We stayed in a cortijo (old farmhouse converted to a hotel/inn) called Cortijo del Pino just outside the city that is owned by some of Cliff and Sara’s friends. An old tobacco farm, the rooms were simple and comfortable and we really had a sense that we were someplace, not a generic hotel that could be anywhere. The girls in particular fell in love with the passel of cats and kittens which found Taylor and Laura Macie a generous source of treats. And they got to ride horses without any of the usual "worried about liability" outfits they're used to! (I was off doing a long run getting ready for the Cactus Rose 100, which was a total blast for me. I ran about 35+ miles and saw Granada and environs in a different way than most visitors, I'm sure.)

The old Granada is a very walkable city with beautiful streets, plazas and buildings. Life seems to move at a very nice pace and, as a major university city, full of students from all over the world. The only odd note in this peaceful city was as I was waiting one afternoon, outside a church where a small crowd was filling up their water bottles, an older lady was cussing a blue streak (my Spanish is good enough to recognize a few of them) at a young woman who appeared impervious to the invective being screamed at her. The older lady must have been doing a good job as several people passing by on the street showed surprise and then laughter.

The real reason to visit Granada, however, is La Alhambra (please take a few minutes to read this article and look at the fantastic photos.) It is the most visited monument in Spain and we now understand why. Our first real experience of seeing the fort was the night before our scheduled visit. We wandered through the town looking for a place to eat. We wound up in El Albacin, which is the old Arab quarter. In a very tight area, there are hundreds of streets that were oddly quiet. It was about 8:30 when we sat down at a restaurant with a little outside patio. We sat down and, much to our surprise, as we looked up we saw the sheer side of La Alhambra with a ¾ moon rising behind it. Just fantastic and really got us excited about seeing the entire thing.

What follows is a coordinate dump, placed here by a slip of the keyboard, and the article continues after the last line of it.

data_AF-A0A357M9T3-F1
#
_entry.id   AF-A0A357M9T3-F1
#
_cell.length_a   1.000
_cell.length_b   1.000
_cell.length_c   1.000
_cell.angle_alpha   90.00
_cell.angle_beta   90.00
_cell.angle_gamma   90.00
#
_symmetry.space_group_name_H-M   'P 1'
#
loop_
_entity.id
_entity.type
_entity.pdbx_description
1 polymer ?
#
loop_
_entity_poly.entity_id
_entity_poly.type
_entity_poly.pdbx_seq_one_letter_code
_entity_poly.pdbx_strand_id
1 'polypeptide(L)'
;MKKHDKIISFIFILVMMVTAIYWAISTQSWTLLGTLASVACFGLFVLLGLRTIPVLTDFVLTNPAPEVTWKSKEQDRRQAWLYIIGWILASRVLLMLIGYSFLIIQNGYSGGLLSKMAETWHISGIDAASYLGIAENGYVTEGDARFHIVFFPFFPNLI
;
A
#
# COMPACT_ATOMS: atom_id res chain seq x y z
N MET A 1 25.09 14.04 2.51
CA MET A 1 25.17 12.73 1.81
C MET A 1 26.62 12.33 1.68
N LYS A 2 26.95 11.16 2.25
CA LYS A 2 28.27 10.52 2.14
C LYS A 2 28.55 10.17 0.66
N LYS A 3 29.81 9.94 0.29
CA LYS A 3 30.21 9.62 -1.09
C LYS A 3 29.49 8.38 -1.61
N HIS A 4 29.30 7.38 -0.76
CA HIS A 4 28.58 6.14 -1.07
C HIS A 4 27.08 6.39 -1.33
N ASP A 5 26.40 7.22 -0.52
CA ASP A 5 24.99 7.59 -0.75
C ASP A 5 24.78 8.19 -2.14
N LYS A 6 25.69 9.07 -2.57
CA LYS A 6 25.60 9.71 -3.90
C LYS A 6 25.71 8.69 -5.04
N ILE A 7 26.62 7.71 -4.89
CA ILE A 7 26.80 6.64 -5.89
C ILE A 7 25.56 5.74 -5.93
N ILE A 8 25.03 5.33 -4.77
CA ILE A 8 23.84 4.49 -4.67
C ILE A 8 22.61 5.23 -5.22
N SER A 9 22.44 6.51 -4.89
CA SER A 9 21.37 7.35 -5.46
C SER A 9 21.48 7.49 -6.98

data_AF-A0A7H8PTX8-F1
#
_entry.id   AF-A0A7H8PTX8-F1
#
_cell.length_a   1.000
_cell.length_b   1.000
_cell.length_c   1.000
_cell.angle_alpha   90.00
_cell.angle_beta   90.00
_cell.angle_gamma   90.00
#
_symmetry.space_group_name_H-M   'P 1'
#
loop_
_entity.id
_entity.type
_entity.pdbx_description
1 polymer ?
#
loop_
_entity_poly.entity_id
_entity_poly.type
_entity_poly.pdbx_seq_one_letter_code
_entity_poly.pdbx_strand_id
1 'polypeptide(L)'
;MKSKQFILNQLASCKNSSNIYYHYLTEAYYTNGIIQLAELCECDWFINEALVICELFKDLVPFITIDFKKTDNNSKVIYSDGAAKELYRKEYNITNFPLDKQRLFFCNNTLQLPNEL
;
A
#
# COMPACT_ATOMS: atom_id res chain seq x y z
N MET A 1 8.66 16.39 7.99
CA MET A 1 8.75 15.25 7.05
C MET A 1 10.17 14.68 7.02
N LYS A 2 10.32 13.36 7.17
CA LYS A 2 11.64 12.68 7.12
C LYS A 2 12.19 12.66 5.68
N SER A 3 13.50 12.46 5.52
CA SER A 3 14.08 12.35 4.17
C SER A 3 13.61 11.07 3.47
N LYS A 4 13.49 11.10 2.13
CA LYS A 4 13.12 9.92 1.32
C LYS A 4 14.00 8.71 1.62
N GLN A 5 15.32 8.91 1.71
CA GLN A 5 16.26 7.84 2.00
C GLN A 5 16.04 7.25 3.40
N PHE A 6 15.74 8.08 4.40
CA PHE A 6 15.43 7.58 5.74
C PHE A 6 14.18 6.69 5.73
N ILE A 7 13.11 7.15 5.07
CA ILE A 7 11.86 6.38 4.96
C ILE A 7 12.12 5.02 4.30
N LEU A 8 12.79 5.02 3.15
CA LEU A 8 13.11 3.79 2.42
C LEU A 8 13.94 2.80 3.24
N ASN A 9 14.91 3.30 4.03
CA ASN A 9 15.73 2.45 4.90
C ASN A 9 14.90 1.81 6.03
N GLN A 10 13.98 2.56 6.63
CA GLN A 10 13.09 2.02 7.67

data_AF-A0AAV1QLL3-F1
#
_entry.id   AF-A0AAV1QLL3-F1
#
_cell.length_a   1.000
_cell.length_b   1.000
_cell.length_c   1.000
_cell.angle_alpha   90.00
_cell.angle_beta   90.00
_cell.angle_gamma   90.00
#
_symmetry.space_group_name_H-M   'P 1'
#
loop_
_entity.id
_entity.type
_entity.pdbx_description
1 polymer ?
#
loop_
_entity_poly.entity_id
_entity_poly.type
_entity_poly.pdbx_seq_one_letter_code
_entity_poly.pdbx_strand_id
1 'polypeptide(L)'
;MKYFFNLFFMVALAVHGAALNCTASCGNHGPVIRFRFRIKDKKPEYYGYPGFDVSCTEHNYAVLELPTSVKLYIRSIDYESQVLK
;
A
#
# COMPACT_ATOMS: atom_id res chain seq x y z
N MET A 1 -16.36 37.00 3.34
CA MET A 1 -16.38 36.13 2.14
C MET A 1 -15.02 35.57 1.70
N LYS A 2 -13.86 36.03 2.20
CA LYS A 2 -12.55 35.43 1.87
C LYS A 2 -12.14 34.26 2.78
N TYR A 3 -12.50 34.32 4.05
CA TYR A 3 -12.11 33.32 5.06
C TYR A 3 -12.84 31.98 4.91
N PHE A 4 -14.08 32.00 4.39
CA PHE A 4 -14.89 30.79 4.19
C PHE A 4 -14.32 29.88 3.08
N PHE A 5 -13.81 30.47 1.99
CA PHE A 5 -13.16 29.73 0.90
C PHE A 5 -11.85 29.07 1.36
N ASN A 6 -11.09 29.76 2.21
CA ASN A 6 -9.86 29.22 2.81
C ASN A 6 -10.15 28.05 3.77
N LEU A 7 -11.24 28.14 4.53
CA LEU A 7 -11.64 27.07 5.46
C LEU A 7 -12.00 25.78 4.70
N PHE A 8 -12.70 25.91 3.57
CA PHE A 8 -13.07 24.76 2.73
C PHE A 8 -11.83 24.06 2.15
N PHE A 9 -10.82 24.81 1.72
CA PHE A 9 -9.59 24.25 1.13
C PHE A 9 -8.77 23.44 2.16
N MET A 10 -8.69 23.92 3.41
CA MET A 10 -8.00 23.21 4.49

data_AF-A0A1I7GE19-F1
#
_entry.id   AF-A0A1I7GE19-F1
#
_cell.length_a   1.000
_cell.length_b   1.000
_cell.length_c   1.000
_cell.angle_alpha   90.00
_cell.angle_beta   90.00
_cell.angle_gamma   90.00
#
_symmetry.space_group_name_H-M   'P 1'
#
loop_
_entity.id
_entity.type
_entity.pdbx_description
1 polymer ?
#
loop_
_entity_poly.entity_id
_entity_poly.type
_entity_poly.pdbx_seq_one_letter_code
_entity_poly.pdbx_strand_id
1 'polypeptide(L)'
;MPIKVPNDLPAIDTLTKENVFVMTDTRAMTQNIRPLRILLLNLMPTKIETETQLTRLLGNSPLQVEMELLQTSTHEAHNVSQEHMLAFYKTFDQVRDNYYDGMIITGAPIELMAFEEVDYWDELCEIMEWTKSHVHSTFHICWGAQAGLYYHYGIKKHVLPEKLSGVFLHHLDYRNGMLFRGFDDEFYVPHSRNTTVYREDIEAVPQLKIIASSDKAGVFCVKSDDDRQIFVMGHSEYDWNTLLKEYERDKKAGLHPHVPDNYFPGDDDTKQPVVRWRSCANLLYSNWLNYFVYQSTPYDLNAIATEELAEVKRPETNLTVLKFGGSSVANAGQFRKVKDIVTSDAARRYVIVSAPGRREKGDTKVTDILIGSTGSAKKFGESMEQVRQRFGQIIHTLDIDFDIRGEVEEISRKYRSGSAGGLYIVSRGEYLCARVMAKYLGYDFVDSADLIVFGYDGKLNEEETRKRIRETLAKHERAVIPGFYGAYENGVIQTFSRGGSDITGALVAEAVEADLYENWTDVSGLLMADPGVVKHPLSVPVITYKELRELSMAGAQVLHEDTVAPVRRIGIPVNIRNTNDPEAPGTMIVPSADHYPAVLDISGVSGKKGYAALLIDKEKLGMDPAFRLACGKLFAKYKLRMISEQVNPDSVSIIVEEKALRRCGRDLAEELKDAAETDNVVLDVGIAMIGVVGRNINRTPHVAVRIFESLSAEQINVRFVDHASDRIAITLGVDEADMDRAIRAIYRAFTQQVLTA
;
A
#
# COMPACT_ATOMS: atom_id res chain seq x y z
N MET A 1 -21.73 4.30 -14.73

There is no way I can do justice to La Alhambra. Books by smart people and full of pictures by professionals are dedicated to trying. But this 13th century wonder was built by Muslims, taken over by Queen Isabella and King Ferdinand when the Reconquest of Spain was complete in 1492. This is also the spot where Cristobal Colon and the Catholic Monarchs, as they were known, sealed the deal for his voyage to the New World. The palace fell into disrepair for hundreds of years. Vagrants and Gypsies lived in it, taking or destroying the furniture and paintings and generally trashing the place.

Strangely enough, it was an American who saved it. Washington Irving (author of The Legend of Sleepy Hollow among others), was in Spain in the 1820s when he became enchanted by the legends of La Alhambra. He wrote Tales of the Alhambra and soon people were flocking there to bask in the romantic aura. The government got reengaged and now the palace and gardens are being restored and maintained and it’s pure magic.

One other note. Granada is also home to most of the Gitano (Roma or Gypsy) population of Spain and they have lived in and around the area since before the medieval times. With the Gypsies, you also have flamenco. We were walking through the streets, late in the afternoon, and heard this couple playing flamenco outside the burial place of Ferdinand and Isabella and their children. It was a cool combustion of Muslim streets, Gypsy music and the Spanish monarchy. Here’s a link to some of the music Song 1, Song 2, Song 3. I bought a CD from the musicians…one of whom, I'm sad to say, might have been one of the ugliest women I have ever seen. But she played the guitar incredibly and she helped create a lasting memory of Granada.